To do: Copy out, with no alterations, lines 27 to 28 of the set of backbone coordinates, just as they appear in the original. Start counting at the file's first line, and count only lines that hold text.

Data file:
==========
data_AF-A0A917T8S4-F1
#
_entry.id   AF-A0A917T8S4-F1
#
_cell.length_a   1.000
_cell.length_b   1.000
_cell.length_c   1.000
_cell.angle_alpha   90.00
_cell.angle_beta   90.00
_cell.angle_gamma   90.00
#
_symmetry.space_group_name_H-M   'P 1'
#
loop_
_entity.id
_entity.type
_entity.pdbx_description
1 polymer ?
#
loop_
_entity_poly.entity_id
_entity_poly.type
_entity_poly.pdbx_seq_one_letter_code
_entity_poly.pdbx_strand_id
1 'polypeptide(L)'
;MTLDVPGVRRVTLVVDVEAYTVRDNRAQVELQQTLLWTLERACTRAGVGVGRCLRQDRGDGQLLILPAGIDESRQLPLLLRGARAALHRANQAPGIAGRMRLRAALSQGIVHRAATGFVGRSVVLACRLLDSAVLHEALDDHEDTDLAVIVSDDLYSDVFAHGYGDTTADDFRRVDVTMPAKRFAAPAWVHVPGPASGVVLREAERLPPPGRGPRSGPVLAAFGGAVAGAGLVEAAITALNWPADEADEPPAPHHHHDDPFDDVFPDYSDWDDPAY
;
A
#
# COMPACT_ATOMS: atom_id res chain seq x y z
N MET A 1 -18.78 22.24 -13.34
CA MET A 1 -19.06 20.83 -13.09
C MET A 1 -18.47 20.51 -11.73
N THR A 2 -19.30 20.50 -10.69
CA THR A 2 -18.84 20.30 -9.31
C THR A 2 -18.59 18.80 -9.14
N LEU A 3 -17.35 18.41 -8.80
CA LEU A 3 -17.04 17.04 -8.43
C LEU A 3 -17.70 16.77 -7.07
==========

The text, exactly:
;
A